Taking and repurposing

One of the key things I realized when I started building the world and structuring the stories for my book series was that I needed to do a lot more reading. Books I had put off reading for one reason or another for a long time now seemed more important than ever to consume. My wording of the first draft was weaker than I had hoped, but I knew that it ultimately didn’t matter as it was just a first draft.

I made the decision to start reading more classic novels and fantasy books to accustom myself to better phrasing and techniques for describing the world and the action. For the world building itself, I decided to go way back and flesh out the main points of the history of the world. Since this world is an echo of the real world and it’s history, I decided to turn to the Bible for more inspiration about the religions I would include in my story. My wife Jodie got me a Cultural backgrounds study Bible and I started absorbing it as soon as I got my paws on it.

Sometime later, it was decided by some of my siblings that, in honor of my deceased brother Matthew, we would read the book of Matthew one chapter a day for the month of February. I jumped at the opportunity to join them not only for the reasons they suggested but also as a way to really nerd out about the time and place of the time of Jesus.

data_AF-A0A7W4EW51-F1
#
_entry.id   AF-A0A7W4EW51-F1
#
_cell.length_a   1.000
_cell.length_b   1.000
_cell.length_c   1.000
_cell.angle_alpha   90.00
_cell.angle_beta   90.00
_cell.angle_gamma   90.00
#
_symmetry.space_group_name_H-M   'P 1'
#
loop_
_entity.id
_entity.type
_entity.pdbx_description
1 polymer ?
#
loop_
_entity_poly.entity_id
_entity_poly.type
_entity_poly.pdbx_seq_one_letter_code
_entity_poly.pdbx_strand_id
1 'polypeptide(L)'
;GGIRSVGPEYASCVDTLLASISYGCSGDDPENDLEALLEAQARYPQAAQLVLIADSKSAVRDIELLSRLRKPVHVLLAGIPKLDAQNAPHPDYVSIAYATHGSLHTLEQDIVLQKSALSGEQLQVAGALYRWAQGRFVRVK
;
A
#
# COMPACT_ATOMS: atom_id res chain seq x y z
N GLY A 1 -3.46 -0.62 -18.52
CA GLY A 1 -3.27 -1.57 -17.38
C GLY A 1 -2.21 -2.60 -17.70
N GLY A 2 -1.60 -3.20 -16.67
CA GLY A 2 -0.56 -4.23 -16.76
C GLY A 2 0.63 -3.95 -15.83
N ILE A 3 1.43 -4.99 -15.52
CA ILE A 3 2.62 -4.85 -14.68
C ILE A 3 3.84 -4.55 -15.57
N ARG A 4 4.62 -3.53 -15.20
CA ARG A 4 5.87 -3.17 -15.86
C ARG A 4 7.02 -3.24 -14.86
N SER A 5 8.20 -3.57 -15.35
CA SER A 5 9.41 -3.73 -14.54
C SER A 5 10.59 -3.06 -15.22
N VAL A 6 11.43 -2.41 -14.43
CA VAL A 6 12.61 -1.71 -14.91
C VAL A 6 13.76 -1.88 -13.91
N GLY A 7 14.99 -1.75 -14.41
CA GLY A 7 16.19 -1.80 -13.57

Here’s the thing. I’ve always drawn parallels with the things I see, read and hear, with the goings on in my own life. I like to think this makes me more sympathetic as a person, but really I think it has more to do with an over-active imagination than anything else. Either way, it’s something I just do all the time, and sometimes it helps me be a better person.

So, when Jodie suggested that February 2nd 2018 would equate to Matthew 2:18, she asked me what that verse said.

“A voice is heard in Ramah,
    weeping and great mourning,
Rachel weeping for her children
    and refusing to be comforted,
    because they are no more.”

The verse refers to the author’s own taking and repurposing of existing text in scripture to make a case that Jesus was fulfilling a prophesy, so I think I’m not going too far on a leg to suggest there is some meaning there for me, too.

I read this verse and I couldn’t help but recall the tears shed by my mother, my father, my brothers and sisters, but of these the greatest parallel I see in this is with my mom. So often in her recovery from the grief the loss of Matt left in its wake, she would convey to one of my sisters or us how she felt in many ways, just like Rachel in this verse at the loss of her children.

I don’t know if it really adds any comfort for me to read this, but I suppose, at least, that it shows that these real, human feelings are things that have been true throughout the ages.

It’s something I need to make sure I understand as a writer as well. We are all so numb to killing on television and movies, but if a story is to be believed, the storyteller must make us as the audience understand the weight that a death can carry.

It’s an unfortunate fact that I know firsthand what it feels like to lose someone I love in such a tragic way, but it gives me a perspective that I think will help me in the crafting of the epic storytelling I intend to do.

Everybody is someone’s child or brother or parent or friend. Everyone’s life has an impact on others. Just like in real life, the same is true in a well-told story. We should do well to remember that in life above all else as we struggle to see our own self-worth in our lowest times.

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